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Maternal Productivity in Beef Cattle: The impact on the female herd of genetic selection for a divergence in fatness or feed efficiency

Laurence, Michael (2010) Maternal Productivity in Beef Cattle: The impact on the female herd of genetic selection for a divergence in fatness or feed efficiency. PhD thesis, Murdoch University.

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      Abstract

      Beef cows, particularly as part of seed stock and cow/calf enterprises, are farmed extensively in temperate environments in southern Australia. The fundamental premise of a productive beef enterprise is a calving interval of 365 days. However, production system efficiency can also be determined by comparing inputs, namely megajoules of energy in the form of food, to outputs, namely the number of kilograms of beef sold each year. This thesis examined two heritable and economically desirable traits and the impact that selection to improve these traits had on beef herd productivity – defined in this thesis as Maternal Productivity. Selection for reduced fatness, achieved by selecting animals on the basis of low Rib Fat EBVs, can increase profitability because of consumer demand for lean meat and because sellers of cattle for slaughter are penalised if the carcasses have too much fat on them. Selection for an improvement in feed-efficiency through the trait Net Feed Intake (NFI) can improve profitability because it allows an increase in stocking rates or a reduction in the number of megajoules supplied to the herd for the same level of production.

      There are concerns about the continued selection for these traits, particularly when energy supply is restricted such as in times of drought. There is evidence from other intensive production industries that single trait selection can compromise other desirable and necessary traits and that reduced body fatness reduces fertility in the long term. The impact of selection for fatness or feed-efficiency on Maternal Productivity was reported in this thesis.

      Two hundred Angus heifers, selected for a divergence in either fatness (Fat vs. Lean) or feed-efficiency (high-NFI vs. low-NFI), were subjected over two breeding cycles to either a high- or a low-nutritional treatment on an extensive grazing system in the south-west of Western Australia.

      Lean animals were phenotypically leaner than Fat animals at all stages of the breeding cycle and had higher predicted carcass yields than Fat animals, confirming the assumed economic benefit for selection for leanness. This result also confirmed that using Estimated Breeding Values to select for a divergence in fatness works. Low-NFI animals were phenotypically leaner than high-NFI animals at all stages of the breeding cycle and had higher predicted carcass yields than high-NFI animals. This result showed that differences in fatness between high- and low-NFI cattle previously identified in finished, grain-fed animals, persisted in the female grazing herd over two parities. There were no differences between experimental Genotypes in estimations of post-partum anoestrus interval based on fortnightly measures of blood progesterone post-calving. There were no differences between experimental Genotypes in the production measures of days-to-calving or birth, growth and weaning weights but on the low-nutrition treatment days-to-calving increased, and growth and weaning weights were lower than on the high-nutrition treatment. Although not statistically significant, there was a strong trend indicating that low-NFI animals consumed fewer megajoules of energy per kilogram of beef weaned. Nutritional treatment did not affect one particular Genotype more than the other but in all Genotypes, animals on low-nutrition consumed fewer megajoules of energy for each kilogram of calf liveweight (beef) weaned. This result suggests that selection for increased feed-efficiency will enable producers to increase stocking rates and that restricted nutrition will not decrease productivity.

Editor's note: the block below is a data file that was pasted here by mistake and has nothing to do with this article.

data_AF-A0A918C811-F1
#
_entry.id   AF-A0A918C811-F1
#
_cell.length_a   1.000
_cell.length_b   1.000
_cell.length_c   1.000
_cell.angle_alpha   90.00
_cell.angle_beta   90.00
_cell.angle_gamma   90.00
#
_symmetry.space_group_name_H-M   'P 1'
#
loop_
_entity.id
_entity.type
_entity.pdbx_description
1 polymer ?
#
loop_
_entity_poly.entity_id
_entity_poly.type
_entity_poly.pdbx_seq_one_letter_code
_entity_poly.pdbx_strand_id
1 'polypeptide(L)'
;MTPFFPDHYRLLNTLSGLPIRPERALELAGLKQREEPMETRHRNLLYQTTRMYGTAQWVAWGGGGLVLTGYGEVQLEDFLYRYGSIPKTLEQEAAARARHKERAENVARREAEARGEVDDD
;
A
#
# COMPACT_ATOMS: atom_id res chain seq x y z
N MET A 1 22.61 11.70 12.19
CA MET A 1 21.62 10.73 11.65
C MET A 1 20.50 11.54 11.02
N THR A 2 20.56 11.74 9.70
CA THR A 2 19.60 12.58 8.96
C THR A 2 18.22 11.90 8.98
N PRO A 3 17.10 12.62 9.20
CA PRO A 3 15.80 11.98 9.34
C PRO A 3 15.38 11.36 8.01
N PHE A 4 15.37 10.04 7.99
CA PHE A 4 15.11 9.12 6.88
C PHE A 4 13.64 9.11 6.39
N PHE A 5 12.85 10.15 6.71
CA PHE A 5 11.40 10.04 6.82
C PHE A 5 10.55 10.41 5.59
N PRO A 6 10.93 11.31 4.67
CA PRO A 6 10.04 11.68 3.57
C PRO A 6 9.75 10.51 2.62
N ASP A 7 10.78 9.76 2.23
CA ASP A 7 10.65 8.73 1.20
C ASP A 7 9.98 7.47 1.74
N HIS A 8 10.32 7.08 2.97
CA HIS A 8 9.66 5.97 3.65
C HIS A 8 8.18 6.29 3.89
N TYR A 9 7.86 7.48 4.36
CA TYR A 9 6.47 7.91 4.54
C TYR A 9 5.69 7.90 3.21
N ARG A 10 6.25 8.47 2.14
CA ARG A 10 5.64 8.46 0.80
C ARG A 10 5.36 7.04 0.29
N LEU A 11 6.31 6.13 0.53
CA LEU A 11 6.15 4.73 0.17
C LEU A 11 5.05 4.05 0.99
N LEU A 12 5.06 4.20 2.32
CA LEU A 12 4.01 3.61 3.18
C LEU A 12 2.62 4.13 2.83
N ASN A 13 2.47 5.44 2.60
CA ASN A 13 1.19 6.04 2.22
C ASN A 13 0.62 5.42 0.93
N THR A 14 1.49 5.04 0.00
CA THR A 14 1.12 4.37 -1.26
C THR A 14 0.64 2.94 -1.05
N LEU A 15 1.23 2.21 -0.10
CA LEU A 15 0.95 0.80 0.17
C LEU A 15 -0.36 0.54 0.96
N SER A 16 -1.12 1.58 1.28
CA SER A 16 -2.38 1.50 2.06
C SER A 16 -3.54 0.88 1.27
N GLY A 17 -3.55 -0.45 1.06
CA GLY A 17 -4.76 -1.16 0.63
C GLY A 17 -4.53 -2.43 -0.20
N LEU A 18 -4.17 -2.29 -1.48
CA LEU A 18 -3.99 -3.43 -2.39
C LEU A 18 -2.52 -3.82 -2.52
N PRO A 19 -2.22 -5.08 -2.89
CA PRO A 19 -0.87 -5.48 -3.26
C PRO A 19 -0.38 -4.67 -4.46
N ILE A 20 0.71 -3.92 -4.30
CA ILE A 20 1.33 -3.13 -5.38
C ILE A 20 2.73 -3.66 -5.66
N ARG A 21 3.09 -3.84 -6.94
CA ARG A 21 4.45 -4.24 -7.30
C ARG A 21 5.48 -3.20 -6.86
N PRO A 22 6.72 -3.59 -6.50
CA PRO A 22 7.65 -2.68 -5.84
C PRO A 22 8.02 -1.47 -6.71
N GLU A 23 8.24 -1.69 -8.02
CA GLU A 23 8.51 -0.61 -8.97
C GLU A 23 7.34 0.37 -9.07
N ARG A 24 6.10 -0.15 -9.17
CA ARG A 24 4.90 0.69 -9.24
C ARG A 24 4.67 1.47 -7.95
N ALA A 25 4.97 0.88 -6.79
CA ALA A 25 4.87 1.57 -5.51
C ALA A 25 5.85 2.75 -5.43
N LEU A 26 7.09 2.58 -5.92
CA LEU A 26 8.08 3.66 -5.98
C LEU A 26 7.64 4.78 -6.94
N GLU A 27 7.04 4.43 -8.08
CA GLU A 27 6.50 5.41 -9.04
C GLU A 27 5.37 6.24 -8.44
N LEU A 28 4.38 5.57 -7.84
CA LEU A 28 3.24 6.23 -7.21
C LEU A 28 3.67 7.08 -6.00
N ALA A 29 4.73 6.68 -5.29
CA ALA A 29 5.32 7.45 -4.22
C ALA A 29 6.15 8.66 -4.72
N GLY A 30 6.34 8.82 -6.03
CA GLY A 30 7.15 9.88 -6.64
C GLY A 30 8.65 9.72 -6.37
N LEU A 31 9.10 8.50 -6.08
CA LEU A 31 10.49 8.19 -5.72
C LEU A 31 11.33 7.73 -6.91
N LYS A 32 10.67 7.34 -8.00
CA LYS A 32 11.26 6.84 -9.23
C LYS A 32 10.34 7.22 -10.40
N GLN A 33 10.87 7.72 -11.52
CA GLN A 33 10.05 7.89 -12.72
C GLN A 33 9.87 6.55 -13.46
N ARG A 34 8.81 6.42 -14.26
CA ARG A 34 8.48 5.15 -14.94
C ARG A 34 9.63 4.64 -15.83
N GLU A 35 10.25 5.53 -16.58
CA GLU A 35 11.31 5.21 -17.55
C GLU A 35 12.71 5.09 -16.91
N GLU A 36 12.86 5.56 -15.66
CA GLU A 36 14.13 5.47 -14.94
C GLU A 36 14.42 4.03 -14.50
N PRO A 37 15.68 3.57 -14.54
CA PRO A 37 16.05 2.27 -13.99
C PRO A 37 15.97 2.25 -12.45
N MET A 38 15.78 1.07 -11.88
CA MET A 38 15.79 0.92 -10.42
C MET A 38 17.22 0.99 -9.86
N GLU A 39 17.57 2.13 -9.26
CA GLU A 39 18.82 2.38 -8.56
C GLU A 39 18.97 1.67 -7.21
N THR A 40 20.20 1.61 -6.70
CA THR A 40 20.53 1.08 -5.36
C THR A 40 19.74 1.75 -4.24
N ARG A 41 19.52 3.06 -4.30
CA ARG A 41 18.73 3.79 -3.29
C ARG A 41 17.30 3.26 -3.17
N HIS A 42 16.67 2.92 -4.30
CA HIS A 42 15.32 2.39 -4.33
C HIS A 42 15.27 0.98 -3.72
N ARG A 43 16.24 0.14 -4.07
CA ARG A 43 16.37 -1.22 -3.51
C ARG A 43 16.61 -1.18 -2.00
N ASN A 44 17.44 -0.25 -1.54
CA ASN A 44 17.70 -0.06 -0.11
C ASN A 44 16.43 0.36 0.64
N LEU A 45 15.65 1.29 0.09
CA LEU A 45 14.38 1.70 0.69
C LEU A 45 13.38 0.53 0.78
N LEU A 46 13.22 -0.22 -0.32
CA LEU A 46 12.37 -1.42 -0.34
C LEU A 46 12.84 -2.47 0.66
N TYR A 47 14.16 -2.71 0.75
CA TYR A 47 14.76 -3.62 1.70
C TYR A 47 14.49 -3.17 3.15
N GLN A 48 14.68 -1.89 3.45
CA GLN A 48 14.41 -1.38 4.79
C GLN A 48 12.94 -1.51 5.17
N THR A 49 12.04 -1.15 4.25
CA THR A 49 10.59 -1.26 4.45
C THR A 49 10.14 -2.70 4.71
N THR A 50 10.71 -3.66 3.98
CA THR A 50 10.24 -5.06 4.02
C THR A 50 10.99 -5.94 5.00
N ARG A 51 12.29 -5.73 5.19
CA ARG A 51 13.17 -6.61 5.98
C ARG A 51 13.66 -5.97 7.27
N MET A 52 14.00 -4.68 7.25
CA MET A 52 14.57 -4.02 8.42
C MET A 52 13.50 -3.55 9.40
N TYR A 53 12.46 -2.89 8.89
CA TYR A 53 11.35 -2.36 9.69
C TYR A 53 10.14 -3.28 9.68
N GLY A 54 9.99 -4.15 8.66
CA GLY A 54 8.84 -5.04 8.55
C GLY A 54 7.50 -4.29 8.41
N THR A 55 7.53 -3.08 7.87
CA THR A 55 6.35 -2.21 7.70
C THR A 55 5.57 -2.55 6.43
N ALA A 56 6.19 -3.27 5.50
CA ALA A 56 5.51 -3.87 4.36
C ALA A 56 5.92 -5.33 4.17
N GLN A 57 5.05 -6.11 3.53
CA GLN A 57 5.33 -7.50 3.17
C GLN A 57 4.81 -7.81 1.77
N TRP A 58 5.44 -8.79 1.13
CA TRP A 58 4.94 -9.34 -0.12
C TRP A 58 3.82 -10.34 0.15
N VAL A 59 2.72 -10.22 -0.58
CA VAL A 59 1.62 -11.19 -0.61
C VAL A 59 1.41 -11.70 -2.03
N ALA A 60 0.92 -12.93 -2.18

Blood parameters were measured before and after calving to determine whether the Genotypes were associated with different physiological responses to nutritional restriction. No single blood parameter could be used as a marker to distinguish one Genotype from another. Beta-hydroxybutyrate and leptin were most closely associated with body condition and energy balance and differed between Genotypes when there was a difference in adiposity.

      Mutations in the bovine leptin gene were examined to determine whether associations with fatness and feed-efficiency, previously reported in North American cattle, were evident in Australian cattle. The mutations were found to exist in the experimental cattle but with differing distributions and associations to those previously reported. An association between one polymorphism (E2JW) and feed-efficiency was noted but shown to be inappropriate for use as a tool in marker-assisted selection. Other associations with circulating leptin concentrations were reported.

      The studies reported in this thesis showed that after two breeding cycles, Bos taurus cattle selected for reduced fatness or increased feed-efficiency were not compromised in terms of Maternal Productivity when nutrition is restricted. Producers can be re-assured that continued selection for these desirable traits will not impact in a negative way on the female herd. However, it must be noted that the experiment will continue for another three generations and consequently the results might change.

      Publication Type: Thesis (PhD)
      Murdoch Affiliation: School of Veterinary and Biomedical Sciences
      Supervisor: Barnes, Anne
      URI: http://researchrepository.murdoch.edu.au/id/eprint/3558
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